The rumors swirled a week ago as the trade deadline approached.
It might be time, many surmised, to move Jalen Richard. There were pressing needs elsewhere.
But zero hour arrived and Richard was still employed by the Raiders, a fact that on Sunday proved indispensable at the season’s midpoint.
Josh Jacobs has made the NFL stand up and take notice when it comes to who’s running the ball in Oakland. But it was Richard, a fourth-year backup, who helped secure a 31-24 victory against the Lions.
On the same day Jacobs passed Marcus Allen for the franchise’s rookie rushing mark, Richard gained 66 of 75 yards on a game-winning drive in the final minutes at Oakland-Alameda County Coliseum.
This is what most expected when the Raiders made Jacobs a first-round draft pick out of Alabama, that he would immediately become the premier back and Richard and DeAndre Washington (also in his fourth season) would spell him when his young legs became weary.
But surrendering snaps and carries to a first-year player, no matter how special, can be difficult for veterans in a league full of egos. Humility is a nice idea that often has no place in the cutthroat world of professional sports.
That idea about being simple and less vain rarely defines a locker room.
“That’s true if you’re a hater,” Richard said. “Point blank. Period.”
Richard and Washington are not that.
“At the end of the day, we understand there is a higher power and you control what you can control, which is when your number is called, be ready and go out there and produce,” Richard said. “No matter what, you just need to keep your head up and play the game.”
They know Jacobs deserves his reps. “He has earned the right to carry the mail the way he has carried it,” Richard said. “You see him. He’s a generational guy. When you talk about great players who play the game for a long time, put his picture right next to them. He’s going to be one of those guys.”
He showed it again Sunday, Jacobs rushing 28 times for 120 yards and two scores, pushing his team rookie rushing mark to 740 and counting.
And yet when the Raiders assumed possession with 5:16 remaining in a tie game, he remained on the sideline and Richard took over.
Derek Carr has thrown few better passes in his career than the one he lofted on first down from the Raiders 25, Richard needing time to catch and then get on top of a defensive lineman who had dropped into coverage downfield.
He would corral the floating ball for a 31-yard gain.
Richard then rushed for gains of 7 and 5 yards before running away from a cornerback on a shallow cross and picking up 23 more.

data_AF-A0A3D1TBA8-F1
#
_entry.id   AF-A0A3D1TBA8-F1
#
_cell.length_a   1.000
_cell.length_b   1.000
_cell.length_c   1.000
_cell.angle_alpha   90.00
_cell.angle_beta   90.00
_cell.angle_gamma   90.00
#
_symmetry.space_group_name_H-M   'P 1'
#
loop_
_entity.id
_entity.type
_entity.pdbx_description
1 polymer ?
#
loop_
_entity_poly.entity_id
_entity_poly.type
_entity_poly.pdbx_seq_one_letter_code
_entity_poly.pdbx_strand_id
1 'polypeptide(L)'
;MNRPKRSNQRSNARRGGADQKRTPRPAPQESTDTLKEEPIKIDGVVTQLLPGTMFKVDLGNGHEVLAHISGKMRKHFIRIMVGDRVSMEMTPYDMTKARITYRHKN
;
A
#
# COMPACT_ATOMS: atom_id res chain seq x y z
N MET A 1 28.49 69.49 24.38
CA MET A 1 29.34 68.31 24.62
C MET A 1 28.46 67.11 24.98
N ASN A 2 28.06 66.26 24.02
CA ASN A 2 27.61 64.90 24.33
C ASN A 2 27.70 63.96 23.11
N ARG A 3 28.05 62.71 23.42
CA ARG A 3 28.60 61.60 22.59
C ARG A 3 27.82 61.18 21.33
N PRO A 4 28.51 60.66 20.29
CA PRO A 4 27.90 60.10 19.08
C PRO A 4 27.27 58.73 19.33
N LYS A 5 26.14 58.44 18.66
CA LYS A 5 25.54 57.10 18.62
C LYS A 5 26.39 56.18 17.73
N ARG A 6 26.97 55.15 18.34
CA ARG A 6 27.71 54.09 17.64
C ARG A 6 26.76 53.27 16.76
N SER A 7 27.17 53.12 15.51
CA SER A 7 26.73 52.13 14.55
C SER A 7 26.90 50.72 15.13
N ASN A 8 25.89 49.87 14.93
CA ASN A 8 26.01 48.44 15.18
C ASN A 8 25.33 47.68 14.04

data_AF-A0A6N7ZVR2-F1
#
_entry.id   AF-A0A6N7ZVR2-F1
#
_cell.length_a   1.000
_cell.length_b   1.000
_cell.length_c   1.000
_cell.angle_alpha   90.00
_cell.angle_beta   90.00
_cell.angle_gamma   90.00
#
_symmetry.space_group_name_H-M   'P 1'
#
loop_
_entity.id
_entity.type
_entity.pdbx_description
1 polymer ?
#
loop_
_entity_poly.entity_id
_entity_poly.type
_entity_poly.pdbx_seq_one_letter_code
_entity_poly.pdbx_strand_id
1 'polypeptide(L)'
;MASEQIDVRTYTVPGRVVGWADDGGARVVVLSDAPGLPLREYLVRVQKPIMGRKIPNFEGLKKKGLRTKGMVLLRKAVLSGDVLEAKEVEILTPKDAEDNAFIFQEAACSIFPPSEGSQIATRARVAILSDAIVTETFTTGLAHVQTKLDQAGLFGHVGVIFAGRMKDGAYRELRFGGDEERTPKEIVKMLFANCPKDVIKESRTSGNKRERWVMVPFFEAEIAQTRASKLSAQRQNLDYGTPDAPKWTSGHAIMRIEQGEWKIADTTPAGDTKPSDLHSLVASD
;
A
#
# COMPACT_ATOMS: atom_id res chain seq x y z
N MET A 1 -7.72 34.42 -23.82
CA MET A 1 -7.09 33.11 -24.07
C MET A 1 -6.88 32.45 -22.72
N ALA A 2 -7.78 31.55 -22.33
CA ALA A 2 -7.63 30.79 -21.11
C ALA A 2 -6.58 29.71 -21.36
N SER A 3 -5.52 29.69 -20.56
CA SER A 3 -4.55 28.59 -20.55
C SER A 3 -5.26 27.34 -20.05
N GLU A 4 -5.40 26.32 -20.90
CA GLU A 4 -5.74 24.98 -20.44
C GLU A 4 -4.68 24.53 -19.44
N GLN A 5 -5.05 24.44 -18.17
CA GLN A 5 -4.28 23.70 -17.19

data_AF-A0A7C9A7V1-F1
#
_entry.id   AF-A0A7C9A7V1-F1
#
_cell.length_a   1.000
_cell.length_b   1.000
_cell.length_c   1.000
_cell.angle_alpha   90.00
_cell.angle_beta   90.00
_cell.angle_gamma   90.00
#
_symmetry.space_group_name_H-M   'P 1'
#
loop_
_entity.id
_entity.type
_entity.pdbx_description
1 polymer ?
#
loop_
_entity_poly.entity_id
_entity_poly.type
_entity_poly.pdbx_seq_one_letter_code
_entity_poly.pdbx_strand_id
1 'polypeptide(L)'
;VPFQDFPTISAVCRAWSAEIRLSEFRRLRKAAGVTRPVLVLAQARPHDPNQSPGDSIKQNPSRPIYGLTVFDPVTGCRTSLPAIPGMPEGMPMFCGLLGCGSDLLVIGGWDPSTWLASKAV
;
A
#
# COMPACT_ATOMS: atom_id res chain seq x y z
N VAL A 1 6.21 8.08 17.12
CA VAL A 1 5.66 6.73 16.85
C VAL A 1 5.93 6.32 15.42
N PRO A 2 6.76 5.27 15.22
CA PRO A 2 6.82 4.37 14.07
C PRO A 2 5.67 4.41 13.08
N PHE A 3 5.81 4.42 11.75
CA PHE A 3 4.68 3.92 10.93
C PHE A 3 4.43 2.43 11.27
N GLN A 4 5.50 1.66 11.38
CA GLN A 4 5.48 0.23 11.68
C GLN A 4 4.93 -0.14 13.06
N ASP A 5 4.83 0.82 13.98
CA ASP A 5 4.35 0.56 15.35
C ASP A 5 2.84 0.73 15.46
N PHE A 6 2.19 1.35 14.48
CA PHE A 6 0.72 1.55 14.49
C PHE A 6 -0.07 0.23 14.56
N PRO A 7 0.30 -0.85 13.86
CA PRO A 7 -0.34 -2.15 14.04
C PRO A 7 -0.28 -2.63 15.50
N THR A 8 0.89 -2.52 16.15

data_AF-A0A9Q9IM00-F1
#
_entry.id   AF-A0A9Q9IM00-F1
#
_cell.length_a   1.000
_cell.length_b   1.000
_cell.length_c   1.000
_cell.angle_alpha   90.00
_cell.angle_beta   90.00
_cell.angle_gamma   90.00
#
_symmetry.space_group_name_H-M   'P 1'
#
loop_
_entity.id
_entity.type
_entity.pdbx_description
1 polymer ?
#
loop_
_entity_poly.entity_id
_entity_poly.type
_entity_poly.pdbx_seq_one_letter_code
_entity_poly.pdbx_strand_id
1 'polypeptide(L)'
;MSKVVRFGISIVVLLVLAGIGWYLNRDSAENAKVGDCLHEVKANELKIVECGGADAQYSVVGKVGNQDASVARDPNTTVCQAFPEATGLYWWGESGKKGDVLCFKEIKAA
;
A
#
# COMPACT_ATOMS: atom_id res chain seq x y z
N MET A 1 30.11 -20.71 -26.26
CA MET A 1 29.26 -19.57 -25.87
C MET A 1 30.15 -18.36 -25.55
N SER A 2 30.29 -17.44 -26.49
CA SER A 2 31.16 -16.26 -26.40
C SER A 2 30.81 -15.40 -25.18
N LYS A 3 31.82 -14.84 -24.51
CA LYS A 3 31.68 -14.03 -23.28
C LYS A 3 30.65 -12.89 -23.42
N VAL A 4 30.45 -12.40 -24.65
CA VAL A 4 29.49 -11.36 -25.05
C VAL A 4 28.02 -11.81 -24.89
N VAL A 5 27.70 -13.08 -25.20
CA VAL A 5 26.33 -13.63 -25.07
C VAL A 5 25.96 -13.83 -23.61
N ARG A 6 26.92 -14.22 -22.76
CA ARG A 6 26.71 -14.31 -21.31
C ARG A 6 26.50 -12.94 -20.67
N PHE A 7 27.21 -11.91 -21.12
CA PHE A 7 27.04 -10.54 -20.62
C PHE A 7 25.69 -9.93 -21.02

Three plays later, Carr hit rookie Hunter Renfrow from 9 yards out and the Raiders had the lead for good.
Go get it
“We were hoping (Richard) was so short, they wouldn’t see him,” Carr joked of his 5-foot-8-inch teammate. “(Jacobs) is our workhorse, but we have to finds ways to get him breaks, and we’ve seen over the years how good Jalen and DeAndre are.
“They’ve always been stuck behind someone, you know? But they don’t look at it like that. I thought Jalen did a great job making those winning plays for us.”
The Lions doubled Richard on those times when he saw the field early in the game, often hitting him with a defensive end so as to disrupt any rhythm he might create.
Prior to his fourth-quarter outburst, he had totaled 2 yards.
The idea of possibly including him in trade talks shouldn’t have come as a surprise — the Raiders still need countless defensive upgrades and running back is a position of depth for Jon Gruden’s team.
But the deadline passed, Richard wasn’t move and his speed and skills sure paid off Sunday.
“We have some dogs, from the top on down,” Washington said. “(Jacobs) was hot again and (Richard) carried us that last drive. You have to be ready, man. Everyone has to contribute. We’re going to ride (Jacobs). But any chance for the rest of us to go get it, we’re going to go get it.”
Jalen Richard went and got it Sunday, all right.
For it, the Raiders are 4-4 at a season’s midpoint.
Everything is still there to play for with — believe it— a big dose of humility from the backfield leading the way.
Contact columnist Ed Graney at firstname.lastname@example.org or 702-383-4618. He can be heard on “The Press Box,” ESPN Radio 100.9 FM and 1100 AM, from 7 a.m. to 10 a.m. Monday through Friday. Follow @edgraney on Twitter.